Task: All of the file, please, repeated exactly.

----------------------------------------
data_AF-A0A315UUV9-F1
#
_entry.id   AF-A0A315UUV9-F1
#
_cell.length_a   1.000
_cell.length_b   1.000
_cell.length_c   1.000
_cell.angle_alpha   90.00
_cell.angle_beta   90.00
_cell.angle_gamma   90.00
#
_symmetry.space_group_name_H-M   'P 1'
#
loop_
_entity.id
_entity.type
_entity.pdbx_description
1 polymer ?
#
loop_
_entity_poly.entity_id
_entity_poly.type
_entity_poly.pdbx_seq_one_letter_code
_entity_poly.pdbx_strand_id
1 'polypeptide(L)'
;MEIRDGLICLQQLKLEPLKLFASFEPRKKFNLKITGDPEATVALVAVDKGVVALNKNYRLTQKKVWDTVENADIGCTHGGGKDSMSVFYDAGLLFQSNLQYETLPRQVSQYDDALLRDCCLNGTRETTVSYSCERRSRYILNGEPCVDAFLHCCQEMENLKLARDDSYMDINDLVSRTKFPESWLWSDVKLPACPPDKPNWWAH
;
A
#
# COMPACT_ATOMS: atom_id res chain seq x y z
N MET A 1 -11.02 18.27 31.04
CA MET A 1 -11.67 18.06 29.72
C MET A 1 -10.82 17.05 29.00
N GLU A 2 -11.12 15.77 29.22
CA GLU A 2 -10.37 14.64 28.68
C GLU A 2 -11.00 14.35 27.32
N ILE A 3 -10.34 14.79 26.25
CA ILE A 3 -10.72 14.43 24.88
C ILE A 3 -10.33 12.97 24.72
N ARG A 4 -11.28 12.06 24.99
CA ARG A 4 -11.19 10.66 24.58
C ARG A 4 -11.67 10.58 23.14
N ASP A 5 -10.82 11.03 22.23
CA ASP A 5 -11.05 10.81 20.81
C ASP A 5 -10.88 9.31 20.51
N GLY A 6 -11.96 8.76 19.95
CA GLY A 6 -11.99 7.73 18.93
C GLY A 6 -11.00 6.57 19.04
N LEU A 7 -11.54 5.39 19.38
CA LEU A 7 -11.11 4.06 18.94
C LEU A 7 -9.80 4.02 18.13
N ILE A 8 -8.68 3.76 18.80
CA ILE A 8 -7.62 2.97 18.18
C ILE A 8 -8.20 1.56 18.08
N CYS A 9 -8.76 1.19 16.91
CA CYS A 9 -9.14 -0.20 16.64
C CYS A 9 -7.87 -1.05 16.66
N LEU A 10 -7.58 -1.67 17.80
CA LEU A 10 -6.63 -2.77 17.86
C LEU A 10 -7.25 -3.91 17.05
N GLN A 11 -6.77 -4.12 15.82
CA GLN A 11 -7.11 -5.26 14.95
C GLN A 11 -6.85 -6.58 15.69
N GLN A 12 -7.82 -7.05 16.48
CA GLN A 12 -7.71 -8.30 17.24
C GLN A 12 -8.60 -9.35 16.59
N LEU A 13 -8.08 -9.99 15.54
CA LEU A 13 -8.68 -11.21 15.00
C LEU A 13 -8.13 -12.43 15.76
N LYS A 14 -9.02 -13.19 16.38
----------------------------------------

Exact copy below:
data_AF-A0A315UUV9-F1
#
_entry.id   AF-A0A315UUV9-F1
#
_cell.length_a   1.000
_cell.length_b   1.000
_cell.length_c   1.000
_cell.angle_alpha   90.00
_cell.angle_beta   90.00
_cell.angle_gamma   90.00
#
_symmetry.space_group_name_H-M   'P 1'
#
loop_
_entity.id
_entity.type
_entity.pdbx_description
1 polymer ?
#
loop_
_entity_poly.entity_id
_entity_poly.type
_entity_poly.pdbx_seq_one_letter_code
_entity_poly.pdbx_strand_id
1 'polypeptide(L)'
;MEIRDGLICLQQLKLEPLKLFASFEPRKKFNLKITGDPEATVALVAVDKGVVALNKNYRLTQKKVWDTVENADIGCTHGGGKDSMSVFYDAGLLFQSNLQYETLPRQVSQYDDALLRDCCLNGTRETTVSYSCERRSRYILNGEPCVDAFLHCCQEMENLKLARDDSYMDINDLVSRTKFPESWLWSDVKLPACPPDKPNWWAH
;
A
#
# COMPACT_ATOMS: atom_id res chain seq x y z
N MET A 1 -11.02 18.27 31.04
CA MET A 1 -11.67 18.06 29.72
C MET A 1 -10.82 17.05 29.00
N GLU A 2 -11.12 15.77 29.22
CA GLU A 2 -10.37 14.64 28.68
C GLU A 2 -11.00 14.35 27.32
N ILE A 3 -10.34 14.79 26.25
CA ILE A 3 -10.72 14.43 24.88
C ILE A 3 -10.33 12.97 24.72
N ARG A 4 -11.28 12.06 24.99
CA ARG A 4 -11.19 10.66 24.58
C ARG A 4 -11.67 10.58 23.14
N ASP A 5 -10.82 11.03 22.23
CA ASP A 5 -11.05 10.81 20.81
C ASP A 5 -10.88 9.31 20.51
N GLY A 6 -11.96 8.76 19.95
CA GLY A 6 -11.99 7.73 18.93
C GLY A 6 -11.00 6.57 19.04
N LEU A 7 -11.54 5.39 19.38
CA LEU A 7 -11.11 4.06 18.94
C LEU A 7 -9.80 4.02 18.13
N ILE A 8 -8.68 3.76 18.80
CA ILE A 8 -7.62 2.97 18.18
C ILE A 8 -8.20 1.56 18.08
N CYS A 9 -8.76 1.19 16.91
CA CYS A 9 -9.14 -0.20 16.64
C CYS A 9 -7.87 -1.05 16.66
N LEU A 10 -7.58 -1.67 17.80
CA LEU A 10 -6.63 -2.77 17.86
C LEU A 10 -7.25 -3.91 17.05
N GLN A 11 -6.77 -4.12 15.82
CA GLN A 11 -7.11 -5.26 14.95
C GLN A 11 -6.85 -6.58 15.69
N GLN A 12 -7.82 -7.05 16.48
CA GLN A 12 -7.71 -8.30 17.24
C GLN A 12 -8.60 -9.35 16.59
N LEU A 13 -8.08 -9.99 15.54
CA LEU A 13 -8.68 -11.21 15.00
C LEU A 13 -8.13 -12.43 15.76
N LYS A 14 -9.02 -13.19 16.38